Interpreting a Sudden Dog Weight Gain

There are reasons for concern in the face of sudden dog weight gain. It's important to distinguish normal puppy weight gain from an abnormal amount of weight gain in a puppy. Weight management including a decrease in calories and an increase in activity is usually the only solution for dog weight gain. However, ruling out an underlying disease process can pose other options.

Ideal Weight

Slow puppy weight gain is normal but rapid dog weight gain can be a sign of an underlying problem at any age. You can determine whether the puppy weight gain is too rapid with the following formula. A toy or small breed dog should not weigh more than 10 pounds at 6 weeks. A medium to large dog should be about 40 pounds at 14 weeks and a very large breed of dog should be no more than 75 to 100 pounds at around 6 months of age. You should be able to feel the last 3 to 5 ribs of a dog with a light touch. Usually dog weight gain can be explained by too much food and not enough activity. Weight management techniques are usually necessary to control canine weight gain. Other treatments may be called for, however, if the sudden weight gain is due to an underlying disease.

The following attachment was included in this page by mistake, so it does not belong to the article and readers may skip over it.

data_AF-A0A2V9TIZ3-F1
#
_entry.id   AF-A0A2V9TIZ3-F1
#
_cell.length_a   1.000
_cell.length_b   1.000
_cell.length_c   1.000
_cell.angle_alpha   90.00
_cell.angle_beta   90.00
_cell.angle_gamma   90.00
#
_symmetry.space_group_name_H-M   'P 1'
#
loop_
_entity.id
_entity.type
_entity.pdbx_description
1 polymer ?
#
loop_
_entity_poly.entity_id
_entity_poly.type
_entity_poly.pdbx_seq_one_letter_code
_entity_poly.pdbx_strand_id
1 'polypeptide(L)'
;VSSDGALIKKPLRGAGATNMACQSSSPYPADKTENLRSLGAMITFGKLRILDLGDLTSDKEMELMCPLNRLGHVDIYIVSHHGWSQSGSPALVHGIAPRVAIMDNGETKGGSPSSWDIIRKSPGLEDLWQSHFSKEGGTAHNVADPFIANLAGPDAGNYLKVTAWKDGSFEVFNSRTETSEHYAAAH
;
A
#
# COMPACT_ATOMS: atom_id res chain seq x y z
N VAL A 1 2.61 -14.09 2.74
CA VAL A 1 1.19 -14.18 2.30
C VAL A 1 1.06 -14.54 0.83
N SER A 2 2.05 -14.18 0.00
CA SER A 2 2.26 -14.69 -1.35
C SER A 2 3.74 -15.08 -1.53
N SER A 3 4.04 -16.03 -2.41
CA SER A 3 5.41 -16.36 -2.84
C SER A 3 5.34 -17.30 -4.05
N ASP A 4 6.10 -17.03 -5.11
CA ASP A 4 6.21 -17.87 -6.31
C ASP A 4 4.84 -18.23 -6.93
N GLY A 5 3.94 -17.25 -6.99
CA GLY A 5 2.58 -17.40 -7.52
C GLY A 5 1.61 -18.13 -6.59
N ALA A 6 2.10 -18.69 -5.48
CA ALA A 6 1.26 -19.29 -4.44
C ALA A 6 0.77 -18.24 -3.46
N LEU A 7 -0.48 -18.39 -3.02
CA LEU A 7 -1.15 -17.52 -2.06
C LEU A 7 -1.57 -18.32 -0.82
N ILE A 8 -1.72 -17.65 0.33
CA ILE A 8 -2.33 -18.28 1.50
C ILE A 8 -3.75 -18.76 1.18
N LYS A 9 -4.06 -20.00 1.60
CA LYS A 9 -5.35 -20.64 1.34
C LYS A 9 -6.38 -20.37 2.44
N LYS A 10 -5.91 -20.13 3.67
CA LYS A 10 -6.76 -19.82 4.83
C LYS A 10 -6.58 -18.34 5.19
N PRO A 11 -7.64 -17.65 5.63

Canine weight gain can often be explained by an under functioning thyroid gland. The excretion of the proper amount of thyroid helps regulate metabolism in dogs. A change in the functioning of the thyroid gland can lead to sudden dog weight gain or loss of weight in dogs. A diagnosis of hypothyroidism is most common in dogs over two or three years of age. The diagnosis should be made based on either a combination of free T4 and canine TSH analysis or solely free T4 testing using an equilibrium dialysis technique. Low T4 levels are sometimes referred to as "euthyroid sick syndrome" and can represent a systemic illness.

Other Diseases

A syndrome called Cushings Disease can also explain sudden puppy weight gain or dog weight gain. It is also called hyperadrenocorticism. Other signs of the disease include patches of hair loss, susceptibility to skin and bladder infections, a pendulous appearance to the abdomen, and increased drinking and urinating. If your dog suddenly appears to have a potbelly, he or she may have a serious medical problem. Cancer, heart or liver disease or bloat can cause a sudden enlargement in the abdomen. Your dog might also have a ruptured bladder which requires emergency veterinary care.

Arthritis or Injury

Arthritis or an injury to the knee can stop a dog in his tracks. The sudden drop in activity while eating the same amount of food can result in a somewhat rapid weight gain. Helping your dog lose weight through weight management techniques will help the arthritic symptoms. Some dogs also respond to glucosamine and chondroitin therapy, including through store bought supplements for dogs. Veterinary acupuncture, canine massage or canine chiropractic care can greatly help in recovery from arthritis or an injury to the knee.